Take a break if you feel like you can’t control your anger or words. Allow your partner to take a break if they need one. “Not letting the sun go down on anger” is a silly concept that causes some couples to fight late into the night. If you are too tired or too angry to be productive, it is best to take a break. You might take a walk, go to separate rooms and do different activities, whatever you need to do to calm down. This is different than storming out because when you both agree to take a break, you pick a time to finish the discussion. If you want to take a walk around the neighborhood you say: “I need a break. I am going to go take a walk, let’s finish this conversation in 30 minutes.”

This list was inspired by the Fair Fighting Rules handout from TherapistAid





“All conflict can be traced back to someone’s feelings getting hurt, don’t you think?”

Liane Moriarty, Big Little Lies




couple fighting

communicate with your spouse

Be Patient With Yourself and Your Partner

“It is well established that emotional arousal affects what one does and how one thinks. Research from about one hundred years ago points out that while low or moderate amounts of stress and arousal help keep one focused… however, when the arousal increases beyond a moderate level, reactions change dramatically.”

Allan Pleaner, The Couples Training Institute

Learning a new way to communicate is difficult. Learning not to take things personally can be really hard if you tend to take things other people say and do personally. If you or your partner, or both of you, tend toward uncontrollable anger or violence when arguing, it may not be emotionally safe to do this on your own. Therapists and counselors who offer couples and marriage counseling can help you both by giving you a safe place to talk about tough subjects, as well as helping to give you both perspective on your behavior. While you might not be open to your partner telling you that you are defensive, you are likely going to listen to a therapist who tells you that you are defensive.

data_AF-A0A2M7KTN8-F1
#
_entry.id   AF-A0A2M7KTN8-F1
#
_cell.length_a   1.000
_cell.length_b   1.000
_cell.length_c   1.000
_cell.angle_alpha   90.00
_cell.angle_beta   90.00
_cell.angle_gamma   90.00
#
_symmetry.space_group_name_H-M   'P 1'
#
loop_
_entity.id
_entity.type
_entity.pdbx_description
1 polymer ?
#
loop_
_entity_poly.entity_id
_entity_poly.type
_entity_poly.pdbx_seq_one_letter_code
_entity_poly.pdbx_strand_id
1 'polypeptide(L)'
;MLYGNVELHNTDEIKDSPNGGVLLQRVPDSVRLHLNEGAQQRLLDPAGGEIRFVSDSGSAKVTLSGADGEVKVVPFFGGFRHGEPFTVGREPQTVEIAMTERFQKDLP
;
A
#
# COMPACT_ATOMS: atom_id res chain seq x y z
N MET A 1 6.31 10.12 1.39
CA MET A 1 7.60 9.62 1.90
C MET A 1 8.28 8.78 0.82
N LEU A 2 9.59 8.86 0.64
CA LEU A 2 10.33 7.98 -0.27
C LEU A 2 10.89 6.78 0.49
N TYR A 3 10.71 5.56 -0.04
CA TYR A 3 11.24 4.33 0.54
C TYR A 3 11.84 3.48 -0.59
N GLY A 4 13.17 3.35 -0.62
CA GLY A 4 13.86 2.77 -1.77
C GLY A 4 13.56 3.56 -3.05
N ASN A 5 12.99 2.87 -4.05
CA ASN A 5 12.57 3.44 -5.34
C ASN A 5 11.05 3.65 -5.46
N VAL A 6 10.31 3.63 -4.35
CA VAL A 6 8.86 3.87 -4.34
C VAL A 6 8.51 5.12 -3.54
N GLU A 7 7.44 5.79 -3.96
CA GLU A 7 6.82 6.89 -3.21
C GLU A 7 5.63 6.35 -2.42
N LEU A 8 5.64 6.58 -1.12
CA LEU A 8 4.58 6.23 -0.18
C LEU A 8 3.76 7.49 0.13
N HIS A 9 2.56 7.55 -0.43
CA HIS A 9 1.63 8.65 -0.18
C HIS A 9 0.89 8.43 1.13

Seeking help does not mean that your relationship is doomed or that there is anything wrong with it, it simply means that the two of you need help in getting to where you want to be as a couple.

Stacey is a therapist in the Jackson, MS area. She offers couples counseling to couples who need some guidance sorting through what is going on in their relationship. If you are interested in scheduling an appointment with Stacey at the Grace Christian Counseling Center in Canton, MS or Vicksburg, MS please call to schedule an appointment or use the contact form for questions.


Stacey Aldridge LCSW

Stacey Aldridge, LCSW